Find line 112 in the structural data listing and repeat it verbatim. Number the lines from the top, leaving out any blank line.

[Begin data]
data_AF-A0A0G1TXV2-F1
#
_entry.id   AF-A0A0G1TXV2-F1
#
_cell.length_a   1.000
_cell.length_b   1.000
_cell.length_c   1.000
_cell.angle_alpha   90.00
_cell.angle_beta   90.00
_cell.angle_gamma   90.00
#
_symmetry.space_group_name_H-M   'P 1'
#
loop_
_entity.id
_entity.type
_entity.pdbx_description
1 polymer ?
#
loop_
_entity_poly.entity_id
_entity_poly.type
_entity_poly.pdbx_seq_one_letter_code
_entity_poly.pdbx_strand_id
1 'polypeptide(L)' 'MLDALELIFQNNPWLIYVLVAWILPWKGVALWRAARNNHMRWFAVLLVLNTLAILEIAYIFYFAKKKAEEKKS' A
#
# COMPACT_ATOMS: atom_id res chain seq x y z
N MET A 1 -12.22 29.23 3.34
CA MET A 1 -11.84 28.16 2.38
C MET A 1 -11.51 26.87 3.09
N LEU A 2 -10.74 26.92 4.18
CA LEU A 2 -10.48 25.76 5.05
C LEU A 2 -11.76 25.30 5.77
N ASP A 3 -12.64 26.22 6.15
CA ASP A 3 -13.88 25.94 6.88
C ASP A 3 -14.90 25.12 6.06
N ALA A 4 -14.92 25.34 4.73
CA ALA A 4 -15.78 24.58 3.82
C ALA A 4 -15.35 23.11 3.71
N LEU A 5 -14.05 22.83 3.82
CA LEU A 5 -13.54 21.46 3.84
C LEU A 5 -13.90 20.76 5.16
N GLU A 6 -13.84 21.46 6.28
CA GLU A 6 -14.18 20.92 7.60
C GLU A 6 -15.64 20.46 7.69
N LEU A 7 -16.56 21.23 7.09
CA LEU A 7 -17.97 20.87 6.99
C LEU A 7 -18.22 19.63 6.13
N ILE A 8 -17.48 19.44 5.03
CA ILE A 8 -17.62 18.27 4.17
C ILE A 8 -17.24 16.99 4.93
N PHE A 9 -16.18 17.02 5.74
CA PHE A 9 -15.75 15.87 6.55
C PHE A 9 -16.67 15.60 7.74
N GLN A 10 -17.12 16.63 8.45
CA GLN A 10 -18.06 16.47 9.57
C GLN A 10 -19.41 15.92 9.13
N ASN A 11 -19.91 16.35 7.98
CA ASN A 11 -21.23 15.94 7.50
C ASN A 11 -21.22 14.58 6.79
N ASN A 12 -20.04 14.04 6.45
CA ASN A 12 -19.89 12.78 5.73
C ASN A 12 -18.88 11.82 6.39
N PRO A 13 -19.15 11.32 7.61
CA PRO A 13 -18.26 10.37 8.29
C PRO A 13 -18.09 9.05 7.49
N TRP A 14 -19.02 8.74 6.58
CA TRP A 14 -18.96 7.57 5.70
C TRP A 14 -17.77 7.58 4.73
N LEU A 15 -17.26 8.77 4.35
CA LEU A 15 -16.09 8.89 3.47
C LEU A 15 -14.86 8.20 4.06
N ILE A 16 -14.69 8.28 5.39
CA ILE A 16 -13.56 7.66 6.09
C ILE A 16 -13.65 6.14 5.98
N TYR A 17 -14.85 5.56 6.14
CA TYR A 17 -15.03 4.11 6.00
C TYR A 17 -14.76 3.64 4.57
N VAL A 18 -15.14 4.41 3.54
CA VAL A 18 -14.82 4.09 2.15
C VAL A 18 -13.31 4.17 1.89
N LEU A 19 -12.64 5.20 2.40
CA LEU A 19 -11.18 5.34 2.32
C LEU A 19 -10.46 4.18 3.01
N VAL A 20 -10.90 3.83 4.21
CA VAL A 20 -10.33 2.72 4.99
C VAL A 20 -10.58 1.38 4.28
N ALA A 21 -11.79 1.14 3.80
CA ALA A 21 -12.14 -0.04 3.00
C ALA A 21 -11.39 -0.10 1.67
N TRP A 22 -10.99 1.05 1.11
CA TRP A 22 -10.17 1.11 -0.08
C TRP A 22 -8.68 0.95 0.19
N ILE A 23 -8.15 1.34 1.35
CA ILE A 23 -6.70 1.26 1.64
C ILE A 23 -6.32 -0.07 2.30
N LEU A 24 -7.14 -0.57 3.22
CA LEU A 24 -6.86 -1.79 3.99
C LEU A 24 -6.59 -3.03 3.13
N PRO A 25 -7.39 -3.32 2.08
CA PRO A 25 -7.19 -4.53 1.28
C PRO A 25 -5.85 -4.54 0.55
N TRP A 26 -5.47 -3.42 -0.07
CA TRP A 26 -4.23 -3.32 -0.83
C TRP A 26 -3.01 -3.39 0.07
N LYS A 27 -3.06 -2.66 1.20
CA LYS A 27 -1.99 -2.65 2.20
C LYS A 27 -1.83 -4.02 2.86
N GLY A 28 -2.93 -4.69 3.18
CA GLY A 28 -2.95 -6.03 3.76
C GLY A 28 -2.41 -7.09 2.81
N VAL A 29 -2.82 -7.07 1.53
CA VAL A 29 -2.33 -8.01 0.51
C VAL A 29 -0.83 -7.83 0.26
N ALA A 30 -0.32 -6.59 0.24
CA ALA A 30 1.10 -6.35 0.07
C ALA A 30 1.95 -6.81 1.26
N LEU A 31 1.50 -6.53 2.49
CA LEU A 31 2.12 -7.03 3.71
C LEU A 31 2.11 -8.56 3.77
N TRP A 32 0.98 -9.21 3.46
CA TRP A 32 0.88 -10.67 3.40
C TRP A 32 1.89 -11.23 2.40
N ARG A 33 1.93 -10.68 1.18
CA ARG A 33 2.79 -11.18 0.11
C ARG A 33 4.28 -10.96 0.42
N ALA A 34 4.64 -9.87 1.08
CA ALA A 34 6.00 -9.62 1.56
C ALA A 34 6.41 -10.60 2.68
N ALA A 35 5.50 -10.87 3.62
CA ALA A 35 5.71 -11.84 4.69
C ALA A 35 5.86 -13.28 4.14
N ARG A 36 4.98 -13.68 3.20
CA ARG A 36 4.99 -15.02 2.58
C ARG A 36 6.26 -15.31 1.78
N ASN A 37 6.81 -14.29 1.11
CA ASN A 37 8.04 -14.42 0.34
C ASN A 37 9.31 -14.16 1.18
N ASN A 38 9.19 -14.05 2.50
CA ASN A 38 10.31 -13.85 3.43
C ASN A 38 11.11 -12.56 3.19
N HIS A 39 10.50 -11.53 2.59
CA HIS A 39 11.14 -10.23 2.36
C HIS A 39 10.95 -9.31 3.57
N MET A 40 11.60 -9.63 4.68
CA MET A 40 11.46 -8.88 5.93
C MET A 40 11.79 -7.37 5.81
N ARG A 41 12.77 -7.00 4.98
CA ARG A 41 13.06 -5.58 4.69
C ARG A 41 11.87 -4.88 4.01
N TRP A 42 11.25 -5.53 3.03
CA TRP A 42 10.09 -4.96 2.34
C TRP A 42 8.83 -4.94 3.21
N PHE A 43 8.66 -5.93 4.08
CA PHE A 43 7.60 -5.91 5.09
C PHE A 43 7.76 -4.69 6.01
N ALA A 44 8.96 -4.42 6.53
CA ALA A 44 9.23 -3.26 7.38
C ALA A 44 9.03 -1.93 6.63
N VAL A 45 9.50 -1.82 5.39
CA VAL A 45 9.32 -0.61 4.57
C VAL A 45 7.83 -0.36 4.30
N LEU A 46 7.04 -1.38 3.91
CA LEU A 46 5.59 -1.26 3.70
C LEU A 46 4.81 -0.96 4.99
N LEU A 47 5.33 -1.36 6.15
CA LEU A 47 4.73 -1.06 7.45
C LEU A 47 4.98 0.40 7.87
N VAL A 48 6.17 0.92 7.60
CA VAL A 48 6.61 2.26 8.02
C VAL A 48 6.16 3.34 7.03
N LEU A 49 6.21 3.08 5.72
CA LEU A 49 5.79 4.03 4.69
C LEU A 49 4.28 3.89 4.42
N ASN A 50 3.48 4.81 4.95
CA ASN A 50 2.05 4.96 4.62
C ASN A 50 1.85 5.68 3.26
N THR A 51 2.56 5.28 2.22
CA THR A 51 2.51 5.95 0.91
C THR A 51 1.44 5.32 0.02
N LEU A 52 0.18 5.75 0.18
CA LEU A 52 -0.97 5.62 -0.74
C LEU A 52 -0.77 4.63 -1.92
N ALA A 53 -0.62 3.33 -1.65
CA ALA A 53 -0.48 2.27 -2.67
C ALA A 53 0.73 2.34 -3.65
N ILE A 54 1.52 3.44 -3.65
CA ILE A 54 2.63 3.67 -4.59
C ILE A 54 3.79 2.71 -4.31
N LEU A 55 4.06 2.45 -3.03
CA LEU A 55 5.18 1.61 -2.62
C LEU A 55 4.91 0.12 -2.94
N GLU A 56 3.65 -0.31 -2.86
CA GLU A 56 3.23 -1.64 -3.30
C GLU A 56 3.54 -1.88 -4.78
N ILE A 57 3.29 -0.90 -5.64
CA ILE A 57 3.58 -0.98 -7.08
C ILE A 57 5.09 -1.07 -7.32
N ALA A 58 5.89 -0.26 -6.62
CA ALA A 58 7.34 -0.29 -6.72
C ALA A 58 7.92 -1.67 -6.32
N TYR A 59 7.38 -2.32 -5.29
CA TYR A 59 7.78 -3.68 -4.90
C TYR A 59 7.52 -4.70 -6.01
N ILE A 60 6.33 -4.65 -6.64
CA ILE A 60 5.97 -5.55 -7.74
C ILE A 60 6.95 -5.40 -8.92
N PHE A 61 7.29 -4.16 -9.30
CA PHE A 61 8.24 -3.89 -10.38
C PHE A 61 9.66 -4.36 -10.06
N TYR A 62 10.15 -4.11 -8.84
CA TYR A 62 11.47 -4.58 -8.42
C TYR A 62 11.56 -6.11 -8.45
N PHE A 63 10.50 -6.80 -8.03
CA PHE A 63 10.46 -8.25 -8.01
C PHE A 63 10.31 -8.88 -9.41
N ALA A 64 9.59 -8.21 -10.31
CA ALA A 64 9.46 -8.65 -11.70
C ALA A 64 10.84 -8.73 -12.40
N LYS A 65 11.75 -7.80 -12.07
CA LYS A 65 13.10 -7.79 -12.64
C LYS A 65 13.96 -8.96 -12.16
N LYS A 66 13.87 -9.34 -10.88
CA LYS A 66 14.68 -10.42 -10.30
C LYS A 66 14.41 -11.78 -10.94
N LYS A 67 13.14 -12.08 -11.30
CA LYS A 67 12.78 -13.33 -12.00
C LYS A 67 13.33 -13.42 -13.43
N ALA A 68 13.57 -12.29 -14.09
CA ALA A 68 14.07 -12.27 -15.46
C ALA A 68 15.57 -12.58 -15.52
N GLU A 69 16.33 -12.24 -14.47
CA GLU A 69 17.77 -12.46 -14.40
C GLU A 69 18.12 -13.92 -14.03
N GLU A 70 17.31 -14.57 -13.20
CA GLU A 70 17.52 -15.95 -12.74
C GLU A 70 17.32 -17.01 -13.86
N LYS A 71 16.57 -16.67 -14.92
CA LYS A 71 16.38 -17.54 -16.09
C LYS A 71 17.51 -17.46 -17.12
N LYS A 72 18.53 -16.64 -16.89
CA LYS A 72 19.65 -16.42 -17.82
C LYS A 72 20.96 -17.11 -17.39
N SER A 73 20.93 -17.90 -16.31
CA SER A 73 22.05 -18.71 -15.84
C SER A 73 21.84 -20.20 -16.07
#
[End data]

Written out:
N VAL A 29 -2.82 -7.07 1.53